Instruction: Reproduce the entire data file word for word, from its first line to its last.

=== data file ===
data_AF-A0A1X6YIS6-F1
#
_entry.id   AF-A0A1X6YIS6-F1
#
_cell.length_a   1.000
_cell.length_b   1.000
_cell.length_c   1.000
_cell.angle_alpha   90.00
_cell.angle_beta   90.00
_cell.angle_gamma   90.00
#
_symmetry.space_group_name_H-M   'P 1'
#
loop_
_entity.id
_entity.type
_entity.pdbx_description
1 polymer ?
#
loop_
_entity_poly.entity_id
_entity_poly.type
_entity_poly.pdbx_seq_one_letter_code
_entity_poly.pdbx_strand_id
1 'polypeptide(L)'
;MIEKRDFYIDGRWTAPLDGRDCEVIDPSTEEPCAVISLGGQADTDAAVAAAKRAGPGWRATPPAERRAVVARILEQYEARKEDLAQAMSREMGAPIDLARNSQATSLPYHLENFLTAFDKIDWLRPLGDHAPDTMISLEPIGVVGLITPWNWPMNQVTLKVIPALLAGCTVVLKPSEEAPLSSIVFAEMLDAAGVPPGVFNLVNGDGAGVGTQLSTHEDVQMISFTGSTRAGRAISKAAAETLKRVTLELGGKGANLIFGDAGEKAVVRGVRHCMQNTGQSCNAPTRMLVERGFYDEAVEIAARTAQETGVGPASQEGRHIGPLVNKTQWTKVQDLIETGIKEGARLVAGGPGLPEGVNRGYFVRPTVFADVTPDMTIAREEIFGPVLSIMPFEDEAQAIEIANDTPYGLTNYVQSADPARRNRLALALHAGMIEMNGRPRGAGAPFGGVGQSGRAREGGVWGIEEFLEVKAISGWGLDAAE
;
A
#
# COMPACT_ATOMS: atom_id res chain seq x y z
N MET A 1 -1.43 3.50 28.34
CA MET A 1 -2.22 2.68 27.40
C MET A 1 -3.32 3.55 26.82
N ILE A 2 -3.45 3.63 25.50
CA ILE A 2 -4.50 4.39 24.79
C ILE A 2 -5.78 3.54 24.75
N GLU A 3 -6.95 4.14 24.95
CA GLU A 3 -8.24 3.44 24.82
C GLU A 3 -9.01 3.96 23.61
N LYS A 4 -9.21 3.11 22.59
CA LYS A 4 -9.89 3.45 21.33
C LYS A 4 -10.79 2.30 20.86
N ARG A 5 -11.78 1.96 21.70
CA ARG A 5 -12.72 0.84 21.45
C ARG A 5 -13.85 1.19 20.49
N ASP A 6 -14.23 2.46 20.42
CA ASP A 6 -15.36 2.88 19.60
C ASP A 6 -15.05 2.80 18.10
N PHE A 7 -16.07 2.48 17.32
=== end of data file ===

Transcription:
data_AF-A0A1X6YIS6-F1
#
_entry.id   AF-A0A1X6YIS6-F1
#
_cell.length_a   1.000
_cell.length_b   1.000
_cell.length_c   1.000
_cell.angle_alpha   90.00
_cell.angle_beta   90.00
_cell.angle_gamma   90.00
#
_symmetry.space_group_name_H-M   'P 1'
#
loop_
_entity.id
_entity.type
_entity.pdbx_description
1 polymer ?
#
loop_
_entity_poly.entity_id
_entity_poly.type
_entity_poly.pdbx_seq_one_letter_code
_entity_poly.pdbx_strand_id
1 'polypeptide(L)'
;MIEKRDFYIDGRWTAPLDGRDCEVIDPSTEEPCAVISLGGQADTDAAVAAAKRAGPGWRATPPAERRAVVARILEQYEARKEDLAQAMSREMGAPIDLARNSQATSLPYHLENFLTAFDKIDWLRPLGDHAPDTMISLEPIGVVGLITPWNWPMNQVTLKVIPALLAGCTVVLKPSEEAPLSSIVFAEMLDAAGVPPGVFNLVNGDGAGVGTQLSTHEDVQMISFTGSTRAGRAISKAAAETLKRVTLELGGKGANLIFGDAGEKAVVRGVRHCMQNTGQSCNAPTRMLVERGFYDEAVEIAARTAQETGVGPASQEGRHIGPLVNKTQWTKVQDLIETGIKEGARLVAGGPGLPEGVNRGYFVRPTVFADVTPDMTIAREEIFGPVLSIMPFEDEAQAIEIANDTPYGLTNYVQSADPARRNRLALALHAGMIEMNGRPRGAGAPFGGVGQSGRAREGGVWGIEEFLEVKAISGWGLDAAE
;
A
#
# COMPACT_ATOMS: atom_id res chain seq x y z
N MET A 1 -1.43 3.50 28.34
CA MET A 1 -2.22 2.68 27.40
C MET A 1 -3.32 3.55 26.82
N ILE A 2 -3.45 3.63 25.50
CA ILE A 2 -4.50 4.39 24.79
C ILE A 2 -5.78 3.54 24.75
N GLU A 3 -6.95 4.14 24.95
CA GLU A 3 -8.24 3.44 24.82
C GLU A 3 -9.01 3.96 23.61
N LYS A 4 -9.21 3.11 22.59
CA LYS A 4 -9.89 3.45 21.33
C LYS A 4 -10.79 2.30 20.86
N ARG A 5 -11.78 1.96 21.70
CA ARG A 5 -12.72 0.84 21.45
C ARG A 5 -13.85 1.19 20.49
N ASP A 6 -14.23 2.46 20.42
CA ASP A 6 -15.36 2.88 19.60
C ASP A 6 -15.05 2.80 18.10
N PHE A 7 -16.07 2.48 17.32